The second-biggest pharmaceutical company out of Switzerland, Novartis has been the face of the pharma industry for about 25 years. The primary manufacturer for the most recognizable drugs on the market pulled in a revenue of over $48 billion in 2020, a 3% increase compared to 2019.
Here’s how all the biggest pharmaceutical companies in the world stack up against each other:
|Company Rank||Company Name||Market Cap Value||Country|
|1||Johnson & Johnson|
|$428.66 B||🇺🇸 USA|
|$320.41 B||🇨🇭 Switzerland|
|$219.39 B||🇺🇸 USA|
|$208.99 B||🇺🇸 USA|
|$207.70 B||🇨🇭 Switzerland|
|$202.60 B||🇺🇸 USA|
|$191.67 B||🇺🇸 USA|
|$187.83 B||🇩🇰 Denmark|
|$152.28 B||🇬🇧 UK|
|$145.80 B||🇺🇸 USA|
|$136.50 B||🇺🇸 USA|
|$130.37 B||🇫🇷 France|
|$110.49 B||🇺🇸 USA|
|$104.30 B||🇬🇧 UK|
|$103.10 B||🇦🇺 Australia|
|$83.62 B||🇺🇸 USA|
|$83.25 B||🇺🇸 USA|
|$80.61 B||🇩🇪 Germany|
|$59.43 B||🇩🇪 Germany|
|20||Jiangsu Hengrui Medicine |
|$58.51 B||🇨🇳 China|
|$55.83 B||🇺🇸 USA|
|$55.00 B||🇺🇸 USA|
|$54.23 B||🇩🇪 Germany|
|$52.67 B||🇯🇵 Japan|
|$52.16 B||🇨🇭 Switzerland|
|26||Walgreens Boots Alliance|
|$45.05 B||🇺🇸 USA|
|$33.80 B||🇰🇷 S. Korea|
|$33.42 B||🇯🇵 Japan|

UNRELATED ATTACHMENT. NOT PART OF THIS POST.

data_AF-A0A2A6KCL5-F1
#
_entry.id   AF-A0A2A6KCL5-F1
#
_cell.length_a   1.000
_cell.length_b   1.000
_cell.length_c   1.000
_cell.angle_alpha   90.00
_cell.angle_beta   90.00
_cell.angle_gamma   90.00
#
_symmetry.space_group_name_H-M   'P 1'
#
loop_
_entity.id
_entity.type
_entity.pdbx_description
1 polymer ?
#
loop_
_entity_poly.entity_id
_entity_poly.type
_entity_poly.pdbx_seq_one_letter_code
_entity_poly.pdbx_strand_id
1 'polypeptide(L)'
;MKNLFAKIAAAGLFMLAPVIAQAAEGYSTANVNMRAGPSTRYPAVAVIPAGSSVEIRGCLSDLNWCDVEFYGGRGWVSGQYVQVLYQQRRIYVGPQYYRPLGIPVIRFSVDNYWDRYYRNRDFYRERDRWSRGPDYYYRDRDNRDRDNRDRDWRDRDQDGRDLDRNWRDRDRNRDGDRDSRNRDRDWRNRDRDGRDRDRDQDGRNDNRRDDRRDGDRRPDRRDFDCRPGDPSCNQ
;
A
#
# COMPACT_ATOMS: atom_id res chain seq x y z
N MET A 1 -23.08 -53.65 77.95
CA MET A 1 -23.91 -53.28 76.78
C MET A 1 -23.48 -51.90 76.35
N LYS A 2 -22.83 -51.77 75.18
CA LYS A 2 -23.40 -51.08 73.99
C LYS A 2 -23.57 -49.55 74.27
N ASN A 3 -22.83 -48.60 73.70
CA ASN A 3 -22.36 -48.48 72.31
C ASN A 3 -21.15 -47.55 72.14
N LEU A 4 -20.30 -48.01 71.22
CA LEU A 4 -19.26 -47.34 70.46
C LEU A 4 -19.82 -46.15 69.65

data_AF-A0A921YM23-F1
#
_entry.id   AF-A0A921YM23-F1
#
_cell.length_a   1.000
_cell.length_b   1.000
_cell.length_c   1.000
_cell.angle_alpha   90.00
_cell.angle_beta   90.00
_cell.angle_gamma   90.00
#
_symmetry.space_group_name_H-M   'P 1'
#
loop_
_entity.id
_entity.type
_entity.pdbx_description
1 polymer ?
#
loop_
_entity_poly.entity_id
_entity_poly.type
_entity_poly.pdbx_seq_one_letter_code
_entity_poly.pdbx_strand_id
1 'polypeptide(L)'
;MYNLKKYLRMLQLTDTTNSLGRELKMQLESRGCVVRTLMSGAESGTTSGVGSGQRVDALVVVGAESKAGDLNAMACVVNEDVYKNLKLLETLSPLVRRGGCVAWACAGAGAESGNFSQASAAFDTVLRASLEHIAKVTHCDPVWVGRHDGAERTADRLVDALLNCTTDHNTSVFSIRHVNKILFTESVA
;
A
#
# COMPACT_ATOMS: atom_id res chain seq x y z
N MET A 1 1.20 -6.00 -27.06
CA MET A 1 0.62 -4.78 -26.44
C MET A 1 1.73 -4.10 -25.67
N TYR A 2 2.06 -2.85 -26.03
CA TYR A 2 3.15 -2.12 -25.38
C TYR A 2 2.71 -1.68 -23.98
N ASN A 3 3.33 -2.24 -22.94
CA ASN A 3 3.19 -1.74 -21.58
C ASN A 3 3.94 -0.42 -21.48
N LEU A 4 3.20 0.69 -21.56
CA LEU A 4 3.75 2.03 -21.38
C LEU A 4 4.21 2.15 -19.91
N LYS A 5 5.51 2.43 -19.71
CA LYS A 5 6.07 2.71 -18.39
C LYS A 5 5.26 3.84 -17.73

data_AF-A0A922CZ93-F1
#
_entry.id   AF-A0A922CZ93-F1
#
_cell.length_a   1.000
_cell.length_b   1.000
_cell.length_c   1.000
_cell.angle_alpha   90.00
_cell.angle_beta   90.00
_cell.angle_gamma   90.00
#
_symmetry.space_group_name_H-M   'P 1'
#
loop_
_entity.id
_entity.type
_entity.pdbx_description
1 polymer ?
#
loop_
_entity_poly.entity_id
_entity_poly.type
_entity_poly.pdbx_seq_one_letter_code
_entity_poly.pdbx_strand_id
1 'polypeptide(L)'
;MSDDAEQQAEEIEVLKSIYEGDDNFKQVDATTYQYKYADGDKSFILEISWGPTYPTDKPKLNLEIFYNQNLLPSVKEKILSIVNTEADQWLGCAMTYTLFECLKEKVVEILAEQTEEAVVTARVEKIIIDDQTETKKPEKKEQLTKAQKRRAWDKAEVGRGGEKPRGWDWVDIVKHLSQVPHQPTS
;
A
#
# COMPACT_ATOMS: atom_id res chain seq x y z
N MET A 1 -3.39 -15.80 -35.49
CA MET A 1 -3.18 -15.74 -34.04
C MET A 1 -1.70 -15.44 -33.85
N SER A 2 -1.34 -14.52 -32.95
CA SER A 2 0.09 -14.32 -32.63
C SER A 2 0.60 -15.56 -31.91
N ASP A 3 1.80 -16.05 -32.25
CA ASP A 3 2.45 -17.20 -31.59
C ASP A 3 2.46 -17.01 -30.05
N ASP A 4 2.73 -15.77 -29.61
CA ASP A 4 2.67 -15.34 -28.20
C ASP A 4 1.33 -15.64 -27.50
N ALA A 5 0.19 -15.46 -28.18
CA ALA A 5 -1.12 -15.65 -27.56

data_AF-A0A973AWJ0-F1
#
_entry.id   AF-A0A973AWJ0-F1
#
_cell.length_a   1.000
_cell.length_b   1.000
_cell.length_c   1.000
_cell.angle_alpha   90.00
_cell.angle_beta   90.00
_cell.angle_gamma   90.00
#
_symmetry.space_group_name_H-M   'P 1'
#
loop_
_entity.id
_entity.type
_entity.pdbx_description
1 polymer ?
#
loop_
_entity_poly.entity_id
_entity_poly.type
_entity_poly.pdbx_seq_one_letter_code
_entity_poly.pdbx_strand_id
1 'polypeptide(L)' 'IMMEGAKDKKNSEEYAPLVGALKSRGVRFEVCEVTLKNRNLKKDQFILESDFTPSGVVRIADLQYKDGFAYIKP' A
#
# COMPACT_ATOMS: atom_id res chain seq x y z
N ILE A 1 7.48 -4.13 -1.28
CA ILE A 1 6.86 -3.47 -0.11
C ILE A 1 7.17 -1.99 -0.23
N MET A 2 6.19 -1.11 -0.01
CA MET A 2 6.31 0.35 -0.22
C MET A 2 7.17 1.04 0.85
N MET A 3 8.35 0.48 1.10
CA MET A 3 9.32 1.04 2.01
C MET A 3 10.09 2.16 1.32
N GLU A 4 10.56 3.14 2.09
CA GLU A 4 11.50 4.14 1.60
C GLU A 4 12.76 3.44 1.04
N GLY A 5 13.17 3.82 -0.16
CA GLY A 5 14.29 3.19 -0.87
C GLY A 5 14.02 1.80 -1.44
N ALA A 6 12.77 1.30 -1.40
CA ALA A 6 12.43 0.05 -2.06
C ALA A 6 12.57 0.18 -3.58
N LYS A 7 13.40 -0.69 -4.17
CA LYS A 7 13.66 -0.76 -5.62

|$31.65 B||🇨🇳 China|
|$31.20 B||🇯🇵 Japan|
|$26.59 B||🇺🇸 USA|
|32||Hansoh Pharma |
|$26.00 B||🇨🇳 China|
|$25.97 B||🇺🇸 USA|
|34||Otsuka Holdings |
|$23.15 B||🇯🇵 Japan|
|35||Horizon Therapeutics |
|$21.13 B||🇮🇪 Ireland|
|36||Alnylam Pharmaceuticals |
|$20.42 B||🇺🇸 USA|
|$18.85 B||🇯🇵 Japan|
|$18.74 B||🇺🇸 USA|
|$18.48 B||🇭🇰 Hong Kong|
|$17.25 B||🇺🇸 USA|
|$16.26 B||🇺🇸 USA|
|$16.03 B||🇳🇱 Netherlands|
|$15.29 B||🇯🇵 Japan|
|$11.88 B||🇮🇳 India|
|45||Teva Pharmaceutical Industries|
|$11.21 B||🇮🇱 Israel|
|46||Ono Pharmaceutical |
|$11.12 B||🇯🇵 Japan|
|$11.09 B||🇮🇪 Ireland|
|48||Bausch Health |
|$10.47 B||🇨🇦 Canada|
|$10.42 B||🇨🇭 Switzerland|
|$10.33 B||🇩🇪 Germany|
|51||Hualan Biological Engineering|
|$10.31 B||🇨🇳 China|
|$9.49 B||🇨🇭 Switzerland|
|53||Neurocrine Biosciences |
|$9.45 B||🇺🇸 USA|
|$9.42 B||🇨🇳 China|
|55||BridgeBio Pharma |
|$8.89 B||🇺🇸 USA|
|56||Cadila Healthcare |
|$8.59 B||🇮🇳 India|
|57||Sumitomo Dainippon Pharma |
|$8.16 B||🇯🇵 Japan|